With a few well-reviewed VDRs that fit your specific needs in your sights, begin to contact the providers.
As you review their websites pay attention to the following:
- Are they visually pleasing?
- Do they have a modern interface?
- Are they intuitive?
- Do they provide solutions for your industry’s specific needs?
- Are any free materials offered that might be useful to you such as templates and free webinars?
While it is important to spend time on their sites (are they intuitive? visually pleasing?), you must go beyond this step and speak with representatives; this can be done via online chats or over the phone.
Now you will have a true sense of how any future problems will be handled.
- Are you able to connect in a timely manner?
- Are the representatives knowledgeable and helpful?
Additionally, you will want to ask some specific questions, beginning with confirming the price(s) and the features you have deemed necessary for your business.
Most importantly, you should ask if other companies in your sector are also using this VDR – this will give you a sense of how useful the VDR can potentially be for your industry.
7. Test the software yourself by asking for a free trial
Finally, do not select a VDR without testing it out yourself via a free trial.
Most VDR providers (the good ones at least) will allow you to test their software. As you work through the trial, pay attention to interface, ease of use, and efficiency.
Also, consider not only your experience, but also that of the other potential users on your team based on their technological skills.
When You Should NOT Use A Virtual Data Room
The traditional virtual data room can make a valuable contribution to anywhere that data is being shared, stored, or analyzed by multiple parties.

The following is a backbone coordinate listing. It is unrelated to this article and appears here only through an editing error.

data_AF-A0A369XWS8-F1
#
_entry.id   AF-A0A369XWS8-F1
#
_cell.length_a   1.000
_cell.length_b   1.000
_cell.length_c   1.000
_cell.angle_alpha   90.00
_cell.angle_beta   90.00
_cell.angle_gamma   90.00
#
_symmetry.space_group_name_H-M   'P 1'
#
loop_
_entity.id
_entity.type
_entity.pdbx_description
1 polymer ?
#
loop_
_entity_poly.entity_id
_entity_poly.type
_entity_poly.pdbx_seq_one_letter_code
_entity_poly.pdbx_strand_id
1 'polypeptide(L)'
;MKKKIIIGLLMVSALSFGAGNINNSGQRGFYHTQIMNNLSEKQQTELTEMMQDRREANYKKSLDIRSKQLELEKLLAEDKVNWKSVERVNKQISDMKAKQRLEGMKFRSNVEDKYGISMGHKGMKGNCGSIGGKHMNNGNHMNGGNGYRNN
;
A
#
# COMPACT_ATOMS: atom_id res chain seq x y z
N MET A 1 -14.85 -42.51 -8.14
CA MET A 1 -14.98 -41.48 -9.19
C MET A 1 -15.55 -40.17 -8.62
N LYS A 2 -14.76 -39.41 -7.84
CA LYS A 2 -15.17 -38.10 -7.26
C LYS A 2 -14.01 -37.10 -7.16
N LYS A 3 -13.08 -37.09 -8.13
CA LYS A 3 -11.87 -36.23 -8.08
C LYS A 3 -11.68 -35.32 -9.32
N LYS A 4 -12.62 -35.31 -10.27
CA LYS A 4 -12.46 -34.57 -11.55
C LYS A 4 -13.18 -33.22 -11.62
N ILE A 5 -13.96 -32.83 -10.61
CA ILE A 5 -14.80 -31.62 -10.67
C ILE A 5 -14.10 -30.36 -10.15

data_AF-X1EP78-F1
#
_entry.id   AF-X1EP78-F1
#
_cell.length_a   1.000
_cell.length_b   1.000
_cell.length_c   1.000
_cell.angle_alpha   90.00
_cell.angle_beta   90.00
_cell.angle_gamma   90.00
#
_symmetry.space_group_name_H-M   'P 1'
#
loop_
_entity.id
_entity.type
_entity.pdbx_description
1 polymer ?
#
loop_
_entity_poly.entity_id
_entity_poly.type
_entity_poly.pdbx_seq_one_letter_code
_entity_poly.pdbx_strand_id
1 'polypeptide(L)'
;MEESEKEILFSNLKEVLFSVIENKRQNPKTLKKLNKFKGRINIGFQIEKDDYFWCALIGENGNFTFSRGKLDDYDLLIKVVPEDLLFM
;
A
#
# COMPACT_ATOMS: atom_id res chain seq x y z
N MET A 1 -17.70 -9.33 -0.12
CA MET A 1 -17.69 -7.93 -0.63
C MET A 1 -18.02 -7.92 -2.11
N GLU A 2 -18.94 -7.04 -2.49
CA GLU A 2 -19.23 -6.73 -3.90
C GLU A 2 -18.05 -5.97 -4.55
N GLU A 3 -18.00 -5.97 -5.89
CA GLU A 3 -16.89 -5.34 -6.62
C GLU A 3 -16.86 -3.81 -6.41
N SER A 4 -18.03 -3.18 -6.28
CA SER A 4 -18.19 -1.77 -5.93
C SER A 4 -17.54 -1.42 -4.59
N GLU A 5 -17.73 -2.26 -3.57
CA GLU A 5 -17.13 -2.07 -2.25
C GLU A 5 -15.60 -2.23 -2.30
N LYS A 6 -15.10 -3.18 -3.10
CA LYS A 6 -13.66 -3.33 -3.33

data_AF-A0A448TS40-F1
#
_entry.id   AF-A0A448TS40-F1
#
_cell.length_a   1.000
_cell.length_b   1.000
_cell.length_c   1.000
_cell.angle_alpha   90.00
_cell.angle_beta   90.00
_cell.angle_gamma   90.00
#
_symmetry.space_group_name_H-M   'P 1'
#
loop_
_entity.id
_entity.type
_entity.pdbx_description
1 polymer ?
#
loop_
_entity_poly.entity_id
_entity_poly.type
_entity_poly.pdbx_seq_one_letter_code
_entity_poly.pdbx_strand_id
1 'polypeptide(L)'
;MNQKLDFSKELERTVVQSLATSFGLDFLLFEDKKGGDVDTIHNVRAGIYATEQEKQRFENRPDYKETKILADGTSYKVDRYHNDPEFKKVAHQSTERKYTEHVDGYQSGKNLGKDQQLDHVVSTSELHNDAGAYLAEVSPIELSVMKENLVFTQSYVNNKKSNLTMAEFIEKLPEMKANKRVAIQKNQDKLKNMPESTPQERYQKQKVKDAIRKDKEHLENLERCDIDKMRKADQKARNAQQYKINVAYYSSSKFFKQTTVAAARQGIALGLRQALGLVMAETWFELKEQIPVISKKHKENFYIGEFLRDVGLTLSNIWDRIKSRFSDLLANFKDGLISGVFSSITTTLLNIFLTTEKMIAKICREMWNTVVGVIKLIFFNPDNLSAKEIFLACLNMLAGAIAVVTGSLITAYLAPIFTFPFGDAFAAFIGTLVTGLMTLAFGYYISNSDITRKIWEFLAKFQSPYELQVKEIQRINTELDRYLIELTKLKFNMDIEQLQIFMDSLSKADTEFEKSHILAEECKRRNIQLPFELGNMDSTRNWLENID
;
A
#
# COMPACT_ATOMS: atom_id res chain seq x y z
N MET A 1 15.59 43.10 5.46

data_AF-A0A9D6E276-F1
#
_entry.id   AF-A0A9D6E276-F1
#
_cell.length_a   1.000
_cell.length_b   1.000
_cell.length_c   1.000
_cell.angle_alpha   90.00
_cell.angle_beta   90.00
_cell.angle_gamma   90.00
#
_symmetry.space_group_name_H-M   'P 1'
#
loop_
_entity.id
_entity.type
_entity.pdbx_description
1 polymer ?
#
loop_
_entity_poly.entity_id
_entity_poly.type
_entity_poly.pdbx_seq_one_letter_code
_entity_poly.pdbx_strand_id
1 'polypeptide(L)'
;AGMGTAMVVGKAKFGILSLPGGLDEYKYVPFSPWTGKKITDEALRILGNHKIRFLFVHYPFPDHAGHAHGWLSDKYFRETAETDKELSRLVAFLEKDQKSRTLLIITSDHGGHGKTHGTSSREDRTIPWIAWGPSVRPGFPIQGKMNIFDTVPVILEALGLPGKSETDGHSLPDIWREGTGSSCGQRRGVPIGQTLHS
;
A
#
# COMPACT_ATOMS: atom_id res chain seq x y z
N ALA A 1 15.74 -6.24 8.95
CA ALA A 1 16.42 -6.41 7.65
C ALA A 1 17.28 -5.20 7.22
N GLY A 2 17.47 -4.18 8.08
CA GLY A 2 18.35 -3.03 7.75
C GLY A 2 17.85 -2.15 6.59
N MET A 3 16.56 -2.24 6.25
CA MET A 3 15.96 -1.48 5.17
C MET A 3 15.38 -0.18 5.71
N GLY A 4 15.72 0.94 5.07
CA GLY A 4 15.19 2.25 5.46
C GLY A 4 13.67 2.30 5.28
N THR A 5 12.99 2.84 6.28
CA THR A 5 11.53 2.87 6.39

However, the complexity of some tasks calls for something more.
M&A and more specifically, the mergers and acquisitions due diligence process, is a case in point. With so many moving parts to most deals, it is simply not enough to rely on an enhanced version of Google Drive.
Instead, you should use a lifecycle management solution such as those provided by DealRoom and a select group of others.
This allows users to track the progress of various components of deals, create workflows where tasks are contingent to other tasks being completed, create requests for documents, and more.
Thus, while the traditional virtual data room would play a valuable but passive role in the M&A process, it makes far more sense to turn to a solution that plays the role of catalyst for your transaction.
Confidently selecting the VDR that complements your business needs can be simplified by following the above process.
Securing and sharing documents virtually has become the new norm and will only increase in popularity within the next few years; therefore, in order to grow your business, increase your collaboration, boost efficiency, and possibly reduce redundant tasks, this VDR selection process should be at the top of your to-do list.